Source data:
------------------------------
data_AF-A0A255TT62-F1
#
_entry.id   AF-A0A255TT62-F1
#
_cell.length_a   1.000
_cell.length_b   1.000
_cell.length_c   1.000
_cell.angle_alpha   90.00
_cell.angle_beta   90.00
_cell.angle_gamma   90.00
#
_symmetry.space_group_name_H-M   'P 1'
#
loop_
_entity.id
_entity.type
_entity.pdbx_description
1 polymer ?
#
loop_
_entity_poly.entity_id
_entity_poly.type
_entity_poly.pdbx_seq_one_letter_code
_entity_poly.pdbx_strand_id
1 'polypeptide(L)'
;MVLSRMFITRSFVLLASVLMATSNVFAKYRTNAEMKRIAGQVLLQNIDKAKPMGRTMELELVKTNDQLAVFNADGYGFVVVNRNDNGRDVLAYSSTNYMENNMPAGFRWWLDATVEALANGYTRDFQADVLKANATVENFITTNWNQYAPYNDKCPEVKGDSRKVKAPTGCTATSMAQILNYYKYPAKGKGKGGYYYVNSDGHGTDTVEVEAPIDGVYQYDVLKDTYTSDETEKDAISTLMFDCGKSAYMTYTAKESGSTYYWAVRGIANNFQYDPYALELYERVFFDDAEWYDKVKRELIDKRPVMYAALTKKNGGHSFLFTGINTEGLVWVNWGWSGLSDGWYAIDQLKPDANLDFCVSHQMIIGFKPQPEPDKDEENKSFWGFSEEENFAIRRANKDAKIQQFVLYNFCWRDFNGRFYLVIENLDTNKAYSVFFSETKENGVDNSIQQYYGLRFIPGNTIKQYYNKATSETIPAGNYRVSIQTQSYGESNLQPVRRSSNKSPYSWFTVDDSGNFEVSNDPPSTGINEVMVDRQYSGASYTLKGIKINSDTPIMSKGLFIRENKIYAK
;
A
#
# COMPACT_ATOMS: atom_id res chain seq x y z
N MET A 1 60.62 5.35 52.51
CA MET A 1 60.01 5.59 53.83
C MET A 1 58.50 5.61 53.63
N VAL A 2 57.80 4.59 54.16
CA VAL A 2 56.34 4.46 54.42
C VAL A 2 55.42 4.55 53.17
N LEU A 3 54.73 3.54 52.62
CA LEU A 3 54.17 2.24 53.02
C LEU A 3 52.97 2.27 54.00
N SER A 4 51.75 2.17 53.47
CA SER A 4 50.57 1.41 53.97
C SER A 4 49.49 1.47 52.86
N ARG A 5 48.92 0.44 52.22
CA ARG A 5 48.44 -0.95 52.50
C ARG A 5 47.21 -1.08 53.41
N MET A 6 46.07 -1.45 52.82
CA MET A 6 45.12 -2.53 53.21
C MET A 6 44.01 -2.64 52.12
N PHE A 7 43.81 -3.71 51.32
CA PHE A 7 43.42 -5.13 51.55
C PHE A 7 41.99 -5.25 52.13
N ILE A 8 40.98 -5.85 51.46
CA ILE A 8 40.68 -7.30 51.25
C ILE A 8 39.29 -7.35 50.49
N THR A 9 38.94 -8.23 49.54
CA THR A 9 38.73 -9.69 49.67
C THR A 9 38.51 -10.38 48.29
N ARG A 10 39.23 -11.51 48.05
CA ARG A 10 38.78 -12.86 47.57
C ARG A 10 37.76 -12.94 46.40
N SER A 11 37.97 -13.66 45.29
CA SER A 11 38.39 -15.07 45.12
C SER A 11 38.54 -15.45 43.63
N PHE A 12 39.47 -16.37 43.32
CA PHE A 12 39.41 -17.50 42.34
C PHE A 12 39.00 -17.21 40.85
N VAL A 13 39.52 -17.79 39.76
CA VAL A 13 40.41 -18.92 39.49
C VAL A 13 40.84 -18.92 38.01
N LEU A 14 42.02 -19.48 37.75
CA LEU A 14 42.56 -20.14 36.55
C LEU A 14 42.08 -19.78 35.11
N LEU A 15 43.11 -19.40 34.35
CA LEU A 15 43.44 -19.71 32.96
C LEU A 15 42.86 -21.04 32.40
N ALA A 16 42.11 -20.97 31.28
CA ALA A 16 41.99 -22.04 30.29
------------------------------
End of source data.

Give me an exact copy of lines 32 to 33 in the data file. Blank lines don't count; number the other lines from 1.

CA MET A 1 60.01 5.59 53.83
C MET A 1 58.50 5.61 53.63